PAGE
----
Report: Entitlement Outlook Has Improved, But We're Still Screwed

Kevin Glass

6/26/2013 9:31:00 PM - Kevin Glass
The Medicare and Social Security Board of Trustees released their report on the fiscal outlook of both the programs, and the news is both encouraging and depressing: the slowing cost of health care that can be attributed to both the recession and health care reforms over the last ten years has made it a bit easier to absorb the coming tidal wave of entitlement spending, but we've put off the day of reckoning by only a few years.

Despite incredibly optimistic developments, we're still screwed.

The Pete Peterson Foundation compiled commentary and charts of the trustees' reports, and you might be forgiven for thinking that there hasn't been much change at all. It still looks like we'll be overwhelmed with red ink. And while the improving life expectency for Americans is encouraging, it also means that Social Security will be expected to provide even more money over more years for retirees.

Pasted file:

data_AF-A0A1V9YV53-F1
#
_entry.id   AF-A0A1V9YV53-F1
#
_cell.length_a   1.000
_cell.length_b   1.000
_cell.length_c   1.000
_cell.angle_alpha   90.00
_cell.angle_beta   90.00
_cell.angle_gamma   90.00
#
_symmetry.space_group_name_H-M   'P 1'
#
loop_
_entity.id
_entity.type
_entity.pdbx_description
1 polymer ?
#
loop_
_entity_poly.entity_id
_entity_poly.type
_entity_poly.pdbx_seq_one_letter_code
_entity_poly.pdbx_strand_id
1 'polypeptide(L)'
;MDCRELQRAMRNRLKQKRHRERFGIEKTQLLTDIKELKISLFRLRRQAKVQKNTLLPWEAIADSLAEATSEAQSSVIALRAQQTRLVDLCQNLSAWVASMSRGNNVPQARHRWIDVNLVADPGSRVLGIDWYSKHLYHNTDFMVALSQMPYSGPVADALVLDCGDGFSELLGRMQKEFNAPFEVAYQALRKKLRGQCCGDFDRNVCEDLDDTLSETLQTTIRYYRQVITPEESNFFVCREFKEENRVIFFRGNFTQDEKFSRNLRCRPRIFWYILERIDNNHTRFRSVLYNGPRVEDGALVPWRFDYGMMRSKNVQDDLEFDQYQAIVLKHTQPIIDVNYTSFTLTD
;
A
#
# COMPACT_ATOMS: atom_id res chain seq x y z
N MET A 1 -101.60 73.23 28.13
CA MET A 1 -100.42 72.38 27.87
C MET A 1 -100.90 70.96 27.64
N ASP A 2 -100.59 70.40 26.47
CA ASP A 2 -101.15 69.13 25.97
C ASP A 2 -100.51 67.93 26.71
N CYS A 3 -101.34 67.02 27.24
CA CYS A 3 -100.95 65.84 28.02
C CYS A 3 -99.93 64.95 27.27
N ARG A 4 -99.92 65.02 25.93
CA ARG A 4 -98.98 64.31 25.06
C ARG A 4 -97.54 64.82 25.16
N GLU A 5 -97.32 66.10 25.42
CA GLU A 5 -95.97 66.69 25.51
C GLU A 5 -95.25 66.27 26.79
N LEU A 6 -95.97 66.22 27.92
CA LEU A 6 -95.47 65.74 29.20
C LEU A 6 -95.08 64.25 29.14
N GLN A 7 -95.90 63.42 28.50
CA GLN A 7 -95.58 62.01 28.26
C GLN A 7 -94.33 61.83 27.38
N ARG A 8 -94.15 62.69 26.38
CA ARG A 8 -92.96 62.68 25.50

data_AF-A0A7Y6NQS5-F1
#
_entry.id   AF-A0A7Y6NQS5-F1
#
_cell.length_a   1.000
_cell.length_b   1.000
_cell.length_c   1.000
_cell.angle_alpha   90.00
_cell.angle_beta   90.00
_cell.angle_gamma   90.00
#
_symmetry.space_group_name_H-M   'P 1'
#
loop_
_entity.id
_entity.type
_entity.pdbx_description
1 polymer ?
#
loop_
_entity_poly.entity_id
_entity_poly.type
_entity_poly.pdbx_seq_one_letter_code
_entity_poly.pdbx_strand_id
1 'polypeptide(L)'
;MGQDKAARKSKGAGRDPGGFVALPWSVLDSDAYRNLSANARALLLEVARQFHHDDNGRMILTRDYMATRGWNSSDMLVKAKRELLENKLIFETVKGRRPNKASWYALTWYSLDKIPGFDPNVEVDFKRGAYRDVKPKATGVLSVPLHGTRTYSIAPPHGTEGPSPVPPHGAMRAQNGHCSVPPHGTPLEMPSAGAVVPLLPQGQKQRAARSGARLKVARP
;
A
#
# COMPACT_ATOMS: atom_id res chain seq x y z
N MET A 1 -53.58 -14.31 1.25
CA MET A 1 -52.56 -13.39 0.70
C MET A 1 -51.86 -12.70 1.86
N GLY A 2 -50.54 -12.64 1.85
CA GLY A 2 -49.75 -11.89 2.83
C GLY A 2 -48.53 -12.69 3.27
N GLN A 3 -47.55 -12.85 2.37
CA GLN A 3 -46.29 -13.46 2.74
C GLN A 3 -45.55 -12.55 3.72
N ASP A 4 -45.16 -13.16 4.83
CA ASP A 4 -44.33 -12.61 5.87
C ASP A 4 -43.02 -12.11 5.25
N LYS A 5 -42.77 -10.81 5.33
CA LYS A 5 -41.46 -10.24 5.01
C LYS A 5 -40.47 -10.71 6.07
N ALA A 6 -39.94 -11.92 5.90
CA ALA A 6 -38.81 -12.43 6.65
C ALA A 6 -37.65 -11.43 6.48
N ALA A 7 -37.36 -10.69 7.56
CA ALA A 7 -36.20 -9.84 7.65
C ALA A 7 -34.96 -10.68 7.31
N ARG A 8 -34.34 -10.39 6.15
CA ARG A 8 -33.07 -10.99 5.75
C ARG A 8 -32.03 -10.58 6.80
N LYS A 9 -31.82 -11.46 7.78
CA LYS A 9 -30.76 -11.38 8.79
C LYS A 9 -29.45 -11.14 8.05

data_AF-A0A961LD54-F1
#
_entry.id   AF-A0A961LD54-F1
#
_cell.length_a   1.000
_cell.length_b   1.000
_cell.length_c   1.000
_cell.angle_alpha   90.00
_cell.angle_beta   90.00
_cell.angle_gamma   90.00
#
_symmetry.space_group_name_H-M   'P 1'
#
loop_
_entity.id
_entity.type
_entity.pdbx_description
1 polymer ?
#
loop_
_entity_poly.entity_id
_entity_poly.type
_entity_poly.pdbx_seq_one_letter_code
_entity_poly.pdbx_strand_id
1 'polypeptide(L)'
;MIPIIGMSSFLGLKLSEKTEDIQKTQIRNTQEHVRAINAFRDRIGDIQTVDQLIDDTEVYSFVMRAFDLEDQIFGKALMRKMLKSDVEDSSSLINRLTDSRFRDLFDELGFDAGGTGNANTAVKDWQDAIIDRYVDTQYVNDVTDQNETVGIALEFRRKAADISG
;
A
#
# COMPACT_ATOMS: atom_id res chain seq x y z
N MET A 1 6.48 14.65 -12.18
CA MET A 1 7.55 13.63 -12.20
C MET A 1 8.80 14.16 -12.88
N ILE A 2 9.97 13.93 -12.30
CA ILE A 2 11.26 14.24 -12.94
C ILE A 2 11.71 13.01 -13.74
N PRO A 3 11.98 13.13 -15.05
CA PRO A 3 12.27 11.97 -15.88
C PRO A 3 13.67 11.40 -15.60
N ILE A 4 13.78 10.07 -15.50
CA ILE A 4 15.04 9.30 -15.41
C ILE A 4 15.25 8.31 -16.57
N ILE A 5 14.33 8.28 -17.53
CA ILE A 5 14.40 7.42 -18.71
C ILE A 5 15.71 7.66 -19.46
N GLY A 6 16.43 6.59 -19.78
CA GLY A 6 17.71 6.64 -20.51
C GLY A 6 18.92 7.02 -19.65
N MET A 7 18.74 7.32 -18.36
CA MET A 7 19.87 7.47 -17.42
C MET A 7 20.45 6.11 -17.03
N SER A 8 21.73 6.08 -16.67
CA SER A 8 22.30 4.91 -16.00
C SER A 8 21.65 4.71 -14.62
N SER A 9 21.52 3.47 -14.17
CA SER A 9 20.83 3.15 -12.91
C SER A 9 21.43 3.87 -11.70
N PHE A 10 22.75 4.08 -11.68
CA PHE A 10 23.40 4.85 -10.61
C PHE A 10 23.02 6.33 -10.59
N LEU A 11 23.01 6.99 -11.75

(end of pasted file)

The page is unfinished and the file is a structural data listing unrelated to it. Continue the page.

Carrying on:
Hat tip goes to the Committee for a Responsible Federal Budget.

Since 2010, Social Security has been spending more each year than it collects in taxes. In 2012, the program added $160 billion to the federal deficit. This cash-flow deficit is projected to continue through the decade, and then accelerate in the following decades.

Within three years, the program will not be able to pay full disability benefits as scheduled under current law. If legislative action is not taken, disability benefits would have to be cut by 20 percent after 2016.

Within twenty years, the Social Security trust fund will be exhausted. After that point in 2033, Social Security benefits would have to be cut by 23 percent unless policymakers take action.

Here are the charts that reflect a more optimistic entitlement scenario: